PCDH11XY (protocadherin 11 X Y linked)
Certainty styling is being phased out topic by topic.Hover over keys for definitions:
Protocadherin11X with its homologue Protocadherin11Y is of particular interest because it is located in a region of homology between the X and Y chromosomes generated by a duplication now dated at 6MYA (million years ago). The interest of this gene pair is increased by the case (see topic Sex Chromosome Aneuploidies) that a gene for asymmetry, the putative defining feature of the human brain, is located in a region of XY homology. Such regions have been identified across mammalian evolution and dated. The Xq21.3/Yp region stands out as hominin specific,, and within this region the Protocadherin 11 XY gene pair remains expressed from both chromosomes and has been subject to accelerated evolution (16 amino-acid substitutions in the Y, and 5 in the X sequence), and according to a recent analysis positive selection on the Y.
The class of XY homologous genes is distinct from both those that are X linked and those that are Y linked. Whereas father to son transmission is absent in the former and characteristic of the latter, XY transmission resembles autosomal transmission in including both father to son and father to daughter transmission. The most distinctive characteristic is same-sex concordance, the tendency for a characteristic to be transmitted from a father to children of the same sex.
The class includes genes that are pseudo-autosomal, that is within the region at the telomeres of the short arms of the X and Y within which there is obligatory recombination in male meiosis. Gene sequences here are identical on the X and Y. Pseudo-autosomal region one (PAR1) includes 16 genes, and a much smaller region (PAR2) at the telomeres of the long arms of the X and Y chromosomes includes three genes and recombines much less frequently.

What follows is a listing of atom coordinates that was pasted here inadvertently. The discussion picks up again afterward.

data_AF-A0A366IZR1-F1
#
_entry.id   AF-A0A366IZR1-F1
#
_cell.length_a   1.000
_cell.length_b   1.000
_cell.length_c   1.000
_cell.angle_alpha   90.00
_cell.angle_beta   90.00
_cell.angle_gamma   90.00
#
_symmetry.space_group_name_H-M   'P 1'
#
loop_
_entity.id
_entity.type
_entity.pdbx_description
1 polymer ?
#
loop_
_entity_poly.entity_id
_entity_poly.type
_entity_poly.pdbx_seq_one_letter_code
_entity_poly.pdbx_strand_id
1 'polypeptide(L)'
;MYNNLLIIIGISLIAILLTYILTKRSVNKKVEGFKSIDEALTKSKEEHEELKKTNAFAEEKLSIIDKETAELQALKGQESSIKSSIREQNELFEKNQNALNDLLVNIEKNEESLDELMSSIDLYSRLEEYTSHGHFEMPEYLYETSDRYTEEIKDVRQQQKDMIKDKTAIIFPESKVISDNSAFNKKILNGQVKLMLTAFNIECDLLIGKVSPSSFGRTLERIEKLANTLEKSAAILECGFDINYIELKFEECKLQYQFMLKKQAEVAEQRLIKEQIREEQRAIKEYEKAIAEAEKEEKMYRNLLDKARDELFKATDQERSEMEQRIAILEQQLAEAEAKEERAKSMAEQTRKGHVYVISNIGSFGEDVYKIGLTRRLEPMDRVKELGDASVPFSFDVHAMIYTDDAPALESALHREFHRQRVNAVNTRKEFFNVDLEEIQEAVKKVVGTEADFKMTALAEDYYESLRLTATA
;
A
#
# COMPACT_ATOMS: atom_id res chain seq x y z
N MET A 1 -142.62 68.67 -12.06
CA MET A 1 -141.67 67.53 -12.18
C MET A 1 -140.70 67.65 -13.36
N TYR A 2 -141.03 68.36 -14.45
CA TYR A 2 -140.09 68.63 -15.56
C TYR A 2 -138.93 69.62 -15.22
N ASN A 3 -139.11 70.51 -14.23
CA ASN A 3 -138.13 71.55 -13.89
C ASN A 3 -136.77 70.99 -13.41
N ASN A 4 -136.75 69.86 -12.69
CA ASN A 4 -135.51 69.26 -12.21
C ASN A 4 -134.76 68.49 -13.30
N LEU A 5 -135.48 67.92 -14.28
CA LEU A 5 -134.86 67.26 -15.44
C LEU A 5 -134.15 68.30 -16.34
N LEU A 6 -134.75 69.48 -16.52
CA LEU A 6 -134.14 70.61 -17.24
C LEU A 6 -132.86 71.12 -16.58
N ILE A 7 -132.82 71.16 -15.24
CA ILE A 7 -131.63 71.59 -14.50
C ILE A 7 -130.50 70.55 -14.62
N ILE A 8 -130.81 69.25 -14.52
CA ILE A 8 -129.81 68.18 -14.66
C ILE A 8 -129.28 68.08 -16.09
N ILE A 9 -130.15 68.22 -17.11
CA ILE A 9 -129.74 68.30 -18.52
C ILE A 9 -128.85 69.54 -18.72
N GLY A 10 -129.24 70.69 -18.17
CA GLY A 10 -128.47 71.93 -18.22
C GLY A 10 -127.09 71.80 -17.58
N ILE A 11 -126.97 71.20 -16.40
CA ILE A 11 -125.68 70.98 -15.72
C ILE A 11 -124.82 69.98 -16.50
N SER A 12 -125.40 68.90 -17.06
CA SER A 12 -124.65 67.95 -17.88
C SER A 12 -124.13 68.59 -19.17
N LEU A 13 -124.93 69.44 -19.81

Within both PAR1 and PAR2 there is strict sequence homology between genes on the X and genes on the Y. But a further class of sequences exists within the non-recombining portion of the Y chromosome and this includes XY homologous genes that are not identical in sequence.This class is of particular interest because it includes genes that are homologous but not identical on the X and Y chromosome. Such genes can account for a sexual dimorphism i.e. the target of sexual selection. According to some authors sexual selection and speciation are related. A sexual dimorphism that stands out in Homo sapiens is that concerning verbal and spatial ability.
The Protocadherin11XY gene pair has the potential for explaining cerebral development in the hominin lineage. Dating of the original duplication to approximately 6,000,000 years ago suggests that this was related, and may have been causal in, the separation of the hominin and chimpanzee lineages. If the Xq21.3/Yp11.2 duplication generated the ' hominid stratum ' on the Y chromosome then change within this region must be assumed relate to each of the successive changes in this lineage. Since the other two genes within the region have been eliminated the burden of explanation falls on Protocadherin11Y and on the chromosomal rearrangements affecting this gene as well as the sequence changes within it.
Protocadherin11X is present throughout the mammalian order, and is described as under purifying selection. It is expressed predominantly in the nervous system and during development, and presumably codes for a cell-surface adhesion molecule that specifies a certain set of pathways including cortical connections. Protocadherin11Y is present only in Homo sapiens.
Accelerated evolution of Protocadherin11X/Y: a candidate gene-pair for cerebral asymmetry and language., , Am J Med Genet B Neuropsychiatr Genet, 09/2006, Volume 141B, Issue 6, p.623-33, (2006)
The Speciation of Modern Homo Sapiens, , Proceedings of the British Academy, Volume 106, (2002)